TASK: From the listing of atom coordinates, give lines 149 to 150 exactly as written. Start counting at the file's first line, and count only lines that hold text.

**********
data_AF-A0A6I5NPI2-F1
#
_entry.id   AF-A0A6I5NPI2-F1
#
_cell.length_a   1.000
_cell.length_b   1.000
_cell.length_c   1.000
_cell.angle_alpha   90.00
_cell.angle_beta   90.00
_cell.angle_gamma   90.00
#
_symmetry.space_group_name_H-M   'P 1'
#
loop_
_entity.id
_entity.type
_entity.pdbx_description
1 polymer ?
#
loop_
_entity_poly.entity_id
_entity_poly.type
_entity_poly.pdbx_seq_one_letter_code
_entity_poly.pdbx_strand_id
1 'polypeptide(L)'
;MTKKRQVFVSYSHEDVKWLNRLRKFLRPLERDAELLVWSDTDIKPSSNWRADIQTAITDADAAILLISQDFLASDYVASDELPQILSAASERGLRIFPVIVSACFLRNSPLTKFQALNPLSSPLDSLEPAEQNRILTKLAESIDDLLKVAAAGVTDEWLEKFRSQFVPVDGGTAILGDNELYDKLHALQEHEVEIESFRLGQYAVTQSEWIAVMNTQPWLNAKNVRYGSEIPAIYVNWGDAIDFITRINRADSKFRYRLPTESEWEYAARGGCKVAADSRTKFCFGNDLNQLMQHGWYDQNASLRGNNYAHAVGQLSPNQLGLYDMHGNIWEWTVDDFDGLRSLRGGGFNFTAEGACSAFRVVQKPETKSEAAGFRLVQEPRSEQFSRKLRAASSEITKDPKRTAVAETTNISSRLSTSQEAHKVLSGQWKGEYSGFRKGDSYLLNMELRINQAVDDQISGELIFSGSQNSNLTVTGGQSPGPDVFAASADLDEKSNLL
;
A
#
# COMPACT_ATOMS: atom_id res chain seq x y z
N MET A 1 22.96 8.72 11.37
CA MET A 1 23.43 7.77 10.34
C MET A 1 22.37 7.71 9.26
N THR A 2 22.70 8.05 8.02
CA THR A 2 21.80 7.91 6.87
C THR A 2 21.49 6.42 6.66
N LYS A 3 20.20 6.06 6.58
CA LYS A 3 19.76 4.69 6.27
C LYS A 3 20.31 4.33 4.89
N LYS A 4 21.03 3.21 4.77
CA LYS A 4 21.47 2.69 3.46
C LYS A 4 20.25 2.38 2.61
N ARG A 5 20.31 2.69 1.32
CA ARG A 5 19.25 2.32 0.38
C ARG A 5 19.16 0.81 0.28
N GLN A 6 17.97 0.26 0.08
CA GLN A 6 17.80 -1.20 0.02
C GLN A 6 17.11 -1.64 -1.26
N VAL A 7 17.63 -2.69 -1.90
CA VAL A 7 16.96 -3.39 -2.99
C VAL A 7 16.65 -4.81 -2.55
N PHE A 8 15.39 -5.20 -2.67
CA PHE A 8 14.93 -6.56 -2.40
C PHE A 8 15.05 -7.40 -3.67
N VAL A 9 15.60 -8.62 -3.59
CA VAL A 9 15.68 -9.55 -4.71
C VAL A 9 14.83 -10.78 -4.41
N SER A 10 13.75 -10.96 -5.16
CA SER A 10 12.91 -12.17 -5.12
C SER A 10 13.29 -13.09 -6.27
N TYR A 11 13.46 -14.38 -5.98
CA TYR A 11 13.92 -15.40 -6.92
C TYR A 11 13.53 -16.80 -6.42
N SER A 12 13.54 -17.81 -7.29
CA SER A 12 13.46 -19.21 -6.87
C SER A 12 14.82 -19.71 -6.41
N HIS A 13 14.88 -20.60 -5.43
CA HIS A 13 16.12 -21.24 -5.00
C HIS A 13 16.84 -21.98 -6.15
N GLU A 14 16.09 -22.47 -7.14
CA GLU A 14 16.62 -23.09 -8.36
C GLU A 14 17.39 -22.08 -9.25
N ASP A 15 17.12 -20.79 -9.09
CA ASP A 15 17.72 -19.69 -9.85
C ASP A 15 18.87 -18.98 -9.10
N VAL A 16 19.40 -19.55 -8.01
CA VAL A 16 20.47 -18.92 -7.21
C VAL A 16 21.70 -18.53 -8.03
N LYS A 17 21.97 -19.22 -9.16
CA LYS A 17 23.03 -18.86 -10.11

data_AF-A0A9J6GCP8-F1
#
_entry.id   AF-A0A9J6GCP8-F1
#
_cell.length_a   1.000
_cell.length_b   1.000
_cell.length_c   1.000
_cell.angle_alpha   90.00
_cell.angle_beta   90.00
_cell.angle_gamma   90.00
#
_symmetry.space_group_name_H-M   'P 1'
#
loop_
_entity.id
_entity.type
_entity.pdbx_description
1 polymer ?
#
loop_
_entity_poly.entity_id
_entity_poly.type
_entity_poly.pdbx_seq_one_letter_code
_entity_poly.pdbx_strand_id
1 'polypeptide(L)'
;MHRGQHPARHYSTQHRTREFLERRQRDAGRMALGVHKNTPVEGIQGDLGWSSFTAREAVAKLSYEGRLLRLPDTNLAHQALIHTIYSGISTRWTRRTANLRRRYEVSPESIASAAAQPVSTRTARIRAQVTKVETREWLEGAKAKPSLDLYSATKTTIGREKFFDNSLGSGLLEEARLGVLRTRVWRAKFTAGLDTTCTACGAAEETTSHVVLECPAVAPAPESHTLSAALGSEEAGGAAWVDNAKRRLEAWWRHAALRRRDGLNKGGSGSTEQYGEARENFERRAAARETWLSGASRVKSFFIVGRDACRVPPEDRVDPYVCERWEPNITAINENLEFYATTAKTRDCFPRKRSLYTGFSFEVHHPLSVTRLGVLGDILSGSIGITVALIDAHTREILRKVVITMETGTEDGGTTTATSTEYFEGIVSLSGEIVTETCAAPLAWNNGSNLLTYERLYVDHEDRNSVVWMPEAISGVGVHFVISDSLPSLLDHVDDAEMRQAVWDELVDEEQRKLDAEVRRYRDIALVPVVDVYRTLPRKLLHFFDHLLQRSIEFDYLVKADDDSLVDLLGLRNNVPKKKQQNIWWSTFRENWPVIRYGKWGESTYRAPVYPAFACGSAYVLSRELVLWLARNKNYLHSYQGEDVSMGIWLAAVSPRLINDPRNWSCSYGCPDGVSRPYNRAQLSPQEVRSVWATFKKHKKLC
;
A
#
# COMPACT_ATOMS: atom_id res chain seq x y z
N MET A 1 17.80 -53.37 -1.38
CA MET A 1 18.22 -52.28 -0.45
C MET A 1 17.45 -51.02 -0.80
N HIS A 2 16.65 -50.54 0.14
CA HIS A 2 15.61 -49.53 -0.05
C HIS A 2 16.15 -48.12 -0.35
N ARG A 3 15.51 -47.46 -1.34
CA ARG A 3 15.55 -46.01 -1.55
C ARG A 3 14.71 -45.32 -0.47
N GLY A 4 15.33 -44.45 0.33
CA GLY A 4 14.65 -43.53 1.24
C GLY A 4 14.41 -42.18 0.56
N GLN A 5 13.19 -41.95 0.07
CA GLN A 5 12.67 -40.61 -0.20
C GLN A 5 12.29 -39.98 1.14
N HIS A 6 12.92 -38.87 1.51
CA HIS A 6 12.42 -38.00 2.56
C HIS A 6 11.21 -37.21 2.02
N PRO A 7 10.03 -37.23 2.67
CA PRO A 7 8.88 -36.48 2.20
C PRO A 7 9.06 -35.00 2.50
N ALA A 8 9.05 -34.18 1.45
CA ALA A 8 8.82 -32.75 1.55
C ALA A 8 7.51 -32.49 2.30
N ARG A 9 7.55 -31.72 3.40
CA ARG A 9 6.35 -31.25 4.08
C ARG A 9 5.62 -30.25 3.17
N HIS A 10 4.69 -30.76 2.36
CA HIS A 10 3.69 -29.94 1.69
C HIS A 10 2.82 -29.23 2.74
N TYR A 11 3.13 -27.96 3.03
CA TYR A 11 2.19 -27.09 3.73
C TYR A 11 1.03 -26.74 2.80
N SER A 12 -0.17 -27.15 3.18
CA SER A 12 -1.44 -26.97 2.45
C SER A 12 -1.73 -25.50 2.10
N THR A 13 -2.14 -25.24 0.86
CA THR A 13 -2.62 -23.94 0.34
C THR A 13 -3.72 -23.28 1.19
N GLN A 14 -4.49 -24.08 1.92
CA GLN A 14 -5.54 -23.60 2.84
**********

C THR A 13 -3.72 -23.28 1.19
N GLN A 14 -4.49 -24.08 1.92